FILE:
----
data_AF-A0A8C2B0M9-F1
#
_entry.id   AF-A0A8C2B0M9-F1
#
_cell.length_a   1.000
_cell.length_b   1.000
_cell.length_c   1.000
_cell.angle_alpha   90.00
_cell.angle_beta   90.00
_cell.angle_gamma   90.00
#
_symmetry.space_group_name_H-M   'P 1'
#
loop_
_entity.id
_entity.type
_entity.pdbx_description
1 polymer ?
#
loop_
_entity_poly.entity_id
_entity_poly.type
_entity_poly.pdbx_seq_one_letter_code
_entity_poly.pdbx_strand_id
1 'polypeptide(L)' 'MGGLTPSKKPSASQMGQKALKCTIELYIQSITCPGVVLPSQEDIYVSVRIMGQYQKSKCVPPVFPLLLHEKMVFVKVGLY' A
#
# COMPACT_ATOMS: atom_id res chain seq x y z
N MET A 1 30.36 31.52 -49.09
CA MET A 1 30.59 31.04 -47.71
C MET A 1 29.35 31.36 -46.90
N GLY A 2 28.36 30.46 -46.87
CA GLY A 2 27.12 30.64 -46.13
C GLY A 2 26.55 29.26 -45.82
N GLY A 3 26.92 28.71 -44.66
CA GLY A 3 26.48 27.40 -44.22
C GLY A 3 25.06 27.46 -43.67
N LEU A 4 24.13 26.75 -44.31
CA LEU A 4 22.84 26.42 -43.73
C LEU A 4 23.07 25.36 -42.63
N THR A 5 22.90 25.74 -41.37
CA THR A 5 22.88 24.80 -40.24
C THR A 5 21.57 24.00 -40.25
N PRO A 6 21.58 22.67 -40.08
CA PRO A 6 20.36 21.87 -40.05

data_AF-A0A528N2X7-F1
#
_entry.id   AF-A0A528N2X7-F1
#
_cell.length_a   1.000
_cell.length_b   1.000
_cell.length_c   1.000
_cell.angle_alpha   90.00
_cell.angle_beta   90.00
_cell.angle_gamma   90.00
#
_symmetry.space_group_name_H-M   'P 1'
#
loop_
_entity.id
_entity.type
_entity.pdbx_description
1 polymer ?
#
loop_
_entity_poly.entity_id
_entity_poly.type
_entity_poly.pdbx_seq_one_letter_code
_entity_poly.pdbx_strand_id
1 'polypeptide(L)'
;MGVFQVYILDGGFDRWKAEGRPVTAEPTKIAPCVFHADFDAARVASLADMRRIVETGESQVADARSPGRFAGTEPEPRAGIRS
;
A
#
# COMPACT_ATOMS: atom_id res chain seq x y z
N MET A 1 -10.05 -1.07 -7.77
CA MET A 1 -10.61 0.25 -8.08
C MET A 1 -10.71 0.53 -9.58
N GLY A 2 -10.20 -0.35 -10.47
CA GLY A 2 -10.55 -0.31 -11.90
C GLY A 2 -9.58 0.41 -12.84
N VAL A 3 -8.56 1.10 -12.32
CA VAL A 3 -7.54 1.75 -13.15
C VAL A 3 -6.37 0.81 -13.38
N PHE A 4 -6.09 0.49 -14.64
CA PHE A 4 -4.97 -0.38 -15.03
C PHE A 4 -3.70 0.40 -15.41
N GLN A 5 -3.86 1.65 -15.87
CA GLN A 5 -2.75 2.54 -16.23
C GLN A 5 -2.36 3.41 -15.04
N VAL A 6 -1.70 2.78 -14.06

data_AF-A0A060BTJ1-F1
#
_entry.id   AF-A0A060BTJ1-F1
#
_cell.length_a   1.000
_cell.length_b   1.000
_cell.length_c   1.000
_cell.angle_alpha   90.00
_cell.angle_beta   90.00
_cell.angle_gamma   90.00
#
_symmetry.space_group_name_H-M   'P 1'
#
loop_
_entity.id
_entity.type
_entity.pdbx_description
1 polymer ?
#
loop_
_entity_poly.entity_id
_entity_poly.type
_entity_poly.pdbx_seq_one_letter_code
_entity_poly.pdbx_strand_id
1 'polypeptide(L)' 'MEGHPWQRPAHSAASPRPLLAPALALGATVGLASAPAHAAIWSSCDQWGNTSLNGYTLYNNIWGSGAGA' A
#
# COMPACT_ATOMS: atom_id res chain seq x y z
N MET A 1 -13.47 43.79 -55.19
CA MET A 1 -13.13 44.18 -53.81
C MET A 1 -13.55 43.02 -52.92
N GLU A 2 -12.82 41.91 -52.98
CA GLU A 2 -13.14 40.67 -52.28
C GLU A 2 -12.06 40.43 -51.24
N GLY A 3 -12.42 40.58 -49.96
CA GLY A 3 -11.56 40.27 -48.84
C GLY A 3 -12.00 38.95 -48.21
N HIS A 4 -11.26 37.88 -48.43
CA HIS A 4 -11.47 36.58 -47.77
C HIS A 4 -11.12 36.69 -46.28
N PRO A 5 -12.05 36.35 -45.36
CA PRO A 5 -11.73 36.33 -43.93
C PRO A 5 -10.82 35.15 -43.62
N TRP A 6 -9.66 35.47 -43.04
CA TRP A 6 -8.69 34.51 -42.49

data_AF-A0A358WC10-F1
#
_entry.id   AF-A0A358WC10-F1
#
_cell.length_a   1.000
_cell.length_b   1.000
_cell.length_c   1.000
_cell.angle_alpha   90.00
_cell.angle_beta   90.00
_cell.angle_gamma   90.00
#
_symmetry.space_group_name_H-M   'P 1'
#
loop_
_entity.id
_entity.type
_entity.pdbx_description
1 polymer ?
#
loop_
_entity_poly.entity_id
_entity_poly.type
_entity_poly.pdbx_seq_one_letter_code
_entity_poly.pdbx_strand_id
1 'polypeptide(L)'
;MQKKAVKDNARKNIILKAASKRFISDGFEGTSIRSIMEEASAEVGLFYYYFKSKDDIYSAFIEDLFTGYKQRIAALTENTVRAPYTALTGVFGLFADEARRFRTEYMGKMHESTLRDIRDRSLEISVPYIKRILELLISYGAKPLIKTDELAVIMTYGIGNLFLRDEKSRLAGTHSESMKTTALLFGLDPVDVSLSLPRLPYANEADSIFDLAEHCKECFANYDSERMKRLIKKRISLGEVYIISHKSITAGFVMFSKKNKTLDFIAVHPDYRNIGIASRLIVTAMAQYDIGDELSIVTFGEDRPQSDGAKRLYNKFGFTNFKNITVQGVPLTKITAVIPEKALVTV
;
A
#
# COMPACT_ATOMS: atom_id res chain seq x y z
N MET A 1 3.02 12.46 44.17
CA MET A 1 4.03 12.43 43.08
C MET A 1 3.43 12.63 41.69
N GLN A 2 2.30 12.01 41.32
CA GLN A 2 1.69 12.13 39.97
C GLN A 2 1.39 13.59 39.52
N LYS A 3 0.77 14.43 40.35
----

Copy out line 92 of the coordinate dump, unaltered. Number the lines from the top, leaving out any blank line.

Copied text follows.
#